In this issue of the MERICS China Essentials we cover the following topics:
- Looming economic fallouts from Covid lockdowns
- China and Russia step up collaboration in space
- Global Security Initiative: Beijing doubles down on its Russia position and revision of global order
- Review: Blockchain Chicken Farm: And Other Stories of Tech in China’s Countryside by Xiaowei Wang (Farrar, Straus and Giroux, 2020)
- Profile: Chen Min’er - Propaganda clerk to political star
The past weeks’ Covid-19-lockdown in Shanghai has put the spotlight on the pandemic situation in China. As a major international economic hub, the biggest port in the world and home to leading Chinese chip businesses, the city’s lockdown is causing supply problems within China and across the globe. Plans to put workers in Covid-free “bubbles” in order to restart businesses in the Shanghai area look unlikely to be sufficient. If infections continue to spread and Beijing sticks to its so-called dynamic zero covid strategy, other cities will also have to enforce lockdowns, prolonging global supply-chain shortages.
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The Chinese economy is also under heavy pressure. With millions of people confined to their homes, unemployment rose to 5.8 percent in March, the highest since May 2020, and retail sales fell 3.5 percent, the first decline since July 2020. Production woes, consumers’ belt-tightening, slower wage growth are beginning to cast a pall on Beijing’s ambition to grow the economy 5.5 percent this year. Doubts about China’s economy and its tacit support of Russia in Moscow’s war against Ukraine have seen foreign investors sell Chinese securities at record scale since the beginning of the year. On April 25, China’s benchmark CSI 300 share index fell 4.9 percent, its biggest one-day fall since early 2020.
The measures in Shanghai are causing widespread domestic discontent. Web users have severely criticized the city’s inconsistent and poor communication, logistical challenges hampering food and medicine delivery, and sometimes inhumane circumstances for citizens in quarantine. A video called “Voices of April” (四月之声), a compilation of voice recordings about various untoward events, went viral immediately. Even though censors rapidly attempted to scrub it from the internet, new copies of the video continued to be posted, reaching nearly every corner of the Chinese internet.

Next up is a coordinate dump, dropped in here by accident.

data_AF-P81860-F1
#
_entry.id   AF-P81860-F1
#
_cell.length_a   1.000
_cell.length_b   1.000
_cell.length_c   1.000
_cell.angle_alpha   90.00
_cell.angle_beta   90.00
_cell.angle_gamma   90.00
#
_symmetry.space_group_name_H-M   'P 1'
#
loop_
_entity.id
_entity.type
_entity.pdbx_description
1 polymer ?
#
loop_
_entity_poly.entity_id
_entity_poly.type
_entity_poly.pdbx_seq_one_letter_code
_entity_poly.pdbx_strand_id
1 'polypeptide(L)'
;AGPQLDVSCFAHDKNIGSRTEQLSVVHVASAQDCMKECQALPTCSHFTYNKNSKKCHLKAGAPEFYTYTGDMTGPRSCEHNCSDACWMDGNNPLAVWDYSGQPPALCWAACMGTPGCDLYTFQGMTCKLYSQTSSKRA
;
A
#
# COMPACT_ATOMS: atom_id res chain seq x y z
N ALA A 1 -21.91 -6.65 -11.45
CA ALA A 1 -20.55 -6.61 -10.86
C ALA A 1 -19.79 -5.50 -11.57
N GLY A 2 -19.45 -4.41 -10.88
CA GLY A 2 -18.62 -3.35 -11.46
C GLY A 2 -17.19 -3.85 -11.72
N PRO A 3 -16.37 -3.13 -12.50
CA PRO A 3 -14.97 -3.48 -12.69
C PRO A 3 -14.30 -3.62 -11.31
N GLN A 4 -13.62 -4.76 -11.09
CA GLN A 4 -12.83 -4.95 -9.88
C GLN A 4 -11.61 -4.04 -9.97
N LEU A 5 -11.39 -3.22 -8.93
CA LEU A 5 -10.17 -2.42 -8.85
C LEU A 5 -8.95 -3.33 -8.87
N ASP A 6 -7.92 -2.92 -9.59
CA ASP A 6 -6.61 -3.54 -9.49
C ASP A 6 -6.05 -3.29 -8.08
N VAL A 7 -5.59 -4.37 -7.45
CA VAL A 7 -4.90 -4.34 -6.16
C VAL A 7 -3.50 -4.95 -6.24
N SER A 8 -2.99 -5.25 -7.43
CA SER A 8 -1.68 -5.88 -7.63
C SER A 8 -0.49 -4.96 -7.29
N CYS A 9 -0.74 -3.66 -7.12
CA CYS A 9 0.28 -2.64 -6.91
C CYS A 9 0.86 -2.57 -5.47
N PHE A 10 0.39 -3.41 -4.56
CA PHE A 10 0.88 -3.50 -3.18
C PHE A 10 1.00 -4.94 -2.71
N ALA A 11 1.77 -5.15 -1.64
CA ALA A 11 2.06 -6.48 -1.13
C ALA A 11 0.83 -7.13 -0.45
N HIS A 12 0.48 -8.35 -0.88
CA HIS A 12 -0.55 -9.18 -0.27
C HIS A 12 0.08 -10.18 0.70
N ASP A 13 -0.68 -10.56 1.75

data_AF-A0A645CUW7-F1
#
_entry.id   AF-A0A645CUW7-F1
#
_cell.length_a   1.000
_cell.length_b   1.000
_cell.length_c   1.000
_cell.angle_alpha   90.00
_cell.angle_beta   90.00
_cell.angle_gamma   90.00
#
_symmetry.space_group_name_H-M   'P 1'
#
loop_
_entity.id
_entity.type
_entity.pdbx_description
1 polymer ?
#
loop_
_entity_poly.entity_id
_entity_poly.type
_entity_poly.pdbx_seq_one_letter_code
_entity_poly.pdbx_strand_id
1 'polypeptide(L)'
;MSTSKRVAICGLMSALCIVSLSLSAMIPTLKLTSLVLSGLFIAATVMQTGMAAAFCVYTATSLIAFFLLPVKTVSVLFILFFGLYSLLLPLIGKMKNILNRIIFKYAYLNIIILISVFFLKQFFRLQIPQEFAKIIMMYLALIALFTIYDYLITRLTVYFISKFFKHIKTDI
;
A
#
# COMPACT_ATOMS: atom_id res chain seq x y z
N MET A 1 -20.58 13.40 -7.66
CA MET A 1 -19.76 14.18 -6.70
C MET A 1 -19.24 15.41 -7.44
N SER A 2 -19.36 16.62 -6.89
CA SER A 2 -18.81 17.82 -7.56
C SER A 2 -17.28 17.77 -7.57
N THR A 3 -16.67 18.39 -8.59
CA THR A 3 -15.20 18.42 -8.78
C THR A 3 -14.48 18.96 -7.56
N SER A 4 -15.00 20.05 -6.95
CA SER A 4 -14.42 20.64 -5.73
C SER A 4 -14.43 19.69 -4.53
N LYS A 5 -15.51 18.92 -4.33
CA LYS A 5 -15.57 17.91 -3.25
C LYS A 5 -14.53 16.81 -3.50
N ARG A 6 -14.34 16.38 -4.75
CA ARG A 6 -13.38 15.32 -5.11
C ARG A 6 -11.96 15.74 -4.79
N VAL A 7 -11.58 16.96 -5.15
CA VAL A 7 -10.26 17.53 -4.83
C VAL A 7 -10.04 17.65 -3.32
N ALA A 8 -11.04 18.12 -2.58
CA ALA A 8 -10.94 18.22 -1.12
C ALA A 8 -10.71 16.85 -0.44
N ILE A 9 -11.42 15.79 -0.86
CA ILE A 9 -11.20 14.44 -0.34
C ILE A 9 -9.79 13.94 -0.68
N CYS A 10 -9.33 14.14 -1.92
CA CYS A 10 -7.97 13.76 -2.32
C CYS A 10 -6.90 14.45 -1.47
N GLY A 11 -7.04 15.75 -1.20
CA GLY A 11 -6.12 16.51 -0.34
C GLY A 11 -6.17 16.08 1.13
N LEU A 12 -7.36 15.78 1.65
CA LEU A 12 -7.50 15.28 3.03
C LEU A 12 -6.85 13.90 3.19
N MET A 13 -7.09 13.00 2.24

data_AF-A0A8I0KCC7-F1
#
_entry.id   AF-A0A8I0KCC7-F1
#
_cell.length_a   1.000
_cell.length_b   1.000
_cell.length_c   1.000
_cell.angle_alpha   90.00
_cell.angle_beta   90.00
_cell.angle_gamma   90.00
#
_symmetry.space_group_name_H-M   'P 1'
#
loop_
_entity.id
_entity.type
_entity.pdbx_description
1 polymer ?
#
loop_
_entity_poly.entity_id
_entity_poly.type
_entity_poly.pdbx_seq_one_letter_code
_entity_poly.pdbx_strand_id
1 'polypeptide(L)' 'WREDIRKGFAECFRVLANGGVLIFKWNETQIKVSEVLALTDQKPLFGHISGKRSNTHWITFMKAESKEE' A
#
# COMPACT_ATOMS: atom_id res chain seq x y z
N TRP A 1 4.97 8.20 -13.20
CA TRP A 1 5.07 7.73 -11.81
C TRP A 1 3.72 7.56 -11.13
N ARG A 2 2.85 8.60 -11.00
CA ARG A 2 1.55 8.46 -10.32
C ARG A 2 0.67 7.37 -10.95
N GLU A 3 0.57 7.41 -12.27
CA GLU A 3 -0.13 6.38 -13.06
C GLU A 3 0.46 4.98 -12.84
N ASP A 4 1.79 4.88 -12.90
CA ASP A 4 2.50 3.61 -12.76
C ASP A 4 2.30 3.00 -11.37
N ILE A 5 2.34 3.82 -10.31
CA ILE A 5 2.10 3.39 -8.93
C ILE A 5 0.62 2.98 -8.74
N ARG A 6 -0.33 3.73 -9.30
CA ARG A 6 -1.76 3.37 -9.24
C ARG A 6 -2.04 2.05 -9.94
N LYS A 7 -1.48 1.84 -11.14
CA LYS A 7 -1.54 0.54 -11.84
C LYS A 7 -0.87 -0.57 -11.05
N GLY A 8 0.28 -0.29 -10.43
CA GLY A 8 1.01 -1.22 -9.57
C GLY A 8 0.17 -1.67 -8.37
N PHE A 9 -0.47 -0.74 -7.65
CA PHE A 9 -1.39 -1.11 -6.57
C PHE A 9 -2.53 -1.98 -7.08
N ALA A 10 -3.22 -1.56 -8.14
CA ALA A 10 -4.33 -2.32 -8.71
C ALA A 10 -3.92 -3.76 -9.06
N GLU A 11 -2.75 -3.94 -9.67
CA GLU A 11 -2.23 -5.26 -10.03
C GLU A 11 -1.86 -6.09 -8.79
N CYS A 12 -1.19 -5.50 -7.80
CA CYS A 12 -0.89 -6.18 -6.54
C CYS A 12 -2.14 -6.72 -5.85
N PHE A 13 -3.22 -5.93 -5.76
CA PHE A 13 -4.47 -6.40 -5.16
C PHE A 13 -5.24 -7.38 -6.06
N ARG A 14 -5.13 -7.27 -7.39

Aware of China’s low vaccination rate among elderly citizens and the high death rate during Hong Kong’s recent wave of the Omicron variant, national authorities have increased the pressure on localities to maintain the dynamic clearing strategy. This will force local authorities to take strict measures at even the slightest hint of a new outbreak – the capital, Beijing, included. The city reported 33 new cases on Tuesday April 26, triggering local restrictions, mass testing, and panic buying of supplies as fears of an impending lockdown arose.
MERICS analysis: “While some regions of the world eliminated remaining Covid restrictions, China is having its worst outbreak since the start of the pandemic. The measures are also being taken in a very different context to that two years ago, when the global economy as a whole was scaling down”, says MERICS analyst Aya Adachi. “Many economies that rely on Chinese imports are now transitioning to a post-pandemic return to normality. China will likely present them with major supply-chain problems, as a growing number of Chinese cities is in various stages of lockdowns.”
More on the topic: Read the new report by the European Think-tank Network on China (ETNC) on “Dependence in Europe’s relations with China” co-edited by MERICS analyst Francesca Ghiretti. MERICS experts Barbara Pongratz, Bernhard Bartsch and Vincent Brussee contributed the Germany chapter of the report.
Media coverage and sources:
300 million tons
… is the new coal production capacity increase target for 2022, presented by Premier Li Keqiang. This means an increase of 2,2 percent. Shortly after Li's announcement, China's National Energy Agency underscored the message, saying that: “Coal power will still carry an important role in ensuring power supply security for a long time”. This fits into the broader trend of prioritizing energy security in the context of the invasion of Ukraine.